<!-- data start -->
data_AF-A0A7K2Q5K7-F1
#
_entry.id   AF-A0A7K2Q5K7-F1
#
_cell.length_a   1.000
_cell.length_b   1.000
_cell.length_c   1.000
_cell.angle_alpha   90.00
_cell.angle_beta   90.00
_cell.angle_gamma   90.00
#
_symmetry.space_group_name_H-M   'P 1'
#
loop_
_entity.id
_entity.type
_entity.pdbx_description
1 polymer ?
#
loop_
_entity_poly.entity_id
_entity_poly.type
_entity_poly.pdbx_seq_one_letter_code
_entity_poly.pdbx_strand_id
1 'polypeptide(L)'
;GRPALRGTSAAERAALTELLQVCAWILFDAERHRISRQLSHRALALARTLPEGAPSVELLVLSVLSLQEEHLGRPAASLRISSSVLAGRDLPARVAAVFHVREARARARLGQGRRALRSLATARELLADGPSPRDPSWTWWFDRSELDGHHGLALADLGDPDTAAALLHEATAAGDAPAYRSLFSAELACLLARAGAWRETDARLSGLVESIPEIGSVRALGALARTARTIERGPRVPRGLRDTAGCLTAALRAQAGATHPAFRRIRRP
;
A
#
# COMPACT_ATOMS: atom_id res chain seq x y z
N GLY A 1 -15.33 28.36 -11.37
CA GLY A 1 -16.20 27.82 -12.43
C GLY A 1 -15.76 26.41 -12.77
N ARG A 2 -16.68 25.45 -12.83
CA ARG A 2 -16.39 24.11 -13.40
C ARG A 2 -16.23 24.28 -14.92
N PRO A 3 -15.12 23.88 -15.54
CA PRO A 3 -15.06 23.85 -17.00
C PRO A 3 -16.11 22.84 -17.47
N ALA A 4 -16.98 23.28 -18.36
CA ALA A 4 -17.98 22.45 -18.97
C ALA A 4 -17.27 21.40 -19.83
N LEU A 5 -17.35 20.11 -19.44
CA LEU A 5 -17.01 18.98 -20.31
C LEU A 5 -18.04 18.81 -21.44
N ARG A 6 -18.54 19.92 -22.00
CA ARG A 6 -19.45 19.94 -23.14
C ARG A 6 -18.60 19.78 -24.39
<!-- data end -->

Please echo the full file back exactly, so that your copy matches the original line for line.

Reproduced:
data_AF-A0A7K2Q5K7-F1
#
_entry.id   AF-A0A7K2Q5K7-F1
#
_cell.length_a   1.000
_cell.length_b   1.000
_cell.length_c   1.000
_cell.angle_alpha   90.00
_cell.angle_beta   90.00
_cell.angle_gamma   90.00
#
_symmetry.space_group_name_H-M   'P 1'
#
loop_
_entity.id
_entity.type
_entity.pdbx_description
1 polymer ?
#
loop_
_entity_poly.entity_id
_entity_poly.type
_entity_poly.pdbx_seq_one_letter_code
_entity_poly.pdbx_strand_id
1 'polypeptide(L)'
;GRPALRGTSAAERAALTELLQVCAWILFDAERHRISRQLSHRALALARTLPEGAPSVELLVLSVLSLQEEHLGRPAASLRISSSVLAGRDLPARVAAVFHVREARARARLGQGRRALRSLATARELLADGPSPRDPSWTWWFDRSELDGHHGLALADLGDPDTAAALLHEATAAGDAPAYRSLFSAELACLLARAGAWRETDARLSGLVESIPEIGSVRALGALARTARTIERGPRVPRGLRDTAGCLTAALRAQAGATHPAFRRIRRP
;
A
#
# COMPACT_ATOMS: atom_id res chain seq x y z
N GLY A 1 -15.33 28.36 -11.37
CA GLY A 1 -16.20 27.82 -12.43
C GLY A 1 -15.76 26.41 -12.77
N ARG A 2 -16.68 25.45 -12.83
CA ARG A 2 -16.39 24.11 -13.40
C ARG A 2 -16.23 24.28 -14.92
N PRO A 3 -15.12 23.88 -15.54
CA PRO A 3 -15.06 23.85 -17.00
C PRO A 3 -16.11 22.84 -17.47
N ALA A 4 -16.98 23.28 -18.36
CA ALA A 4 -17.98 22.45 -18.97
C ALA A 4 -17.27 21.40 -19.83
N LEU A 5 -17.35 20.11 -19.44
CA LEU A 5 -17.01 18.98 -20.31
C LEU A 5 -18.04 18.81 -21.44
N ARG A 6 -18.54 19.92 -22.00
CA ARG A 6 -19.45 19.94 -23.14
C ARG A 6 -18.60 19.78 -24.39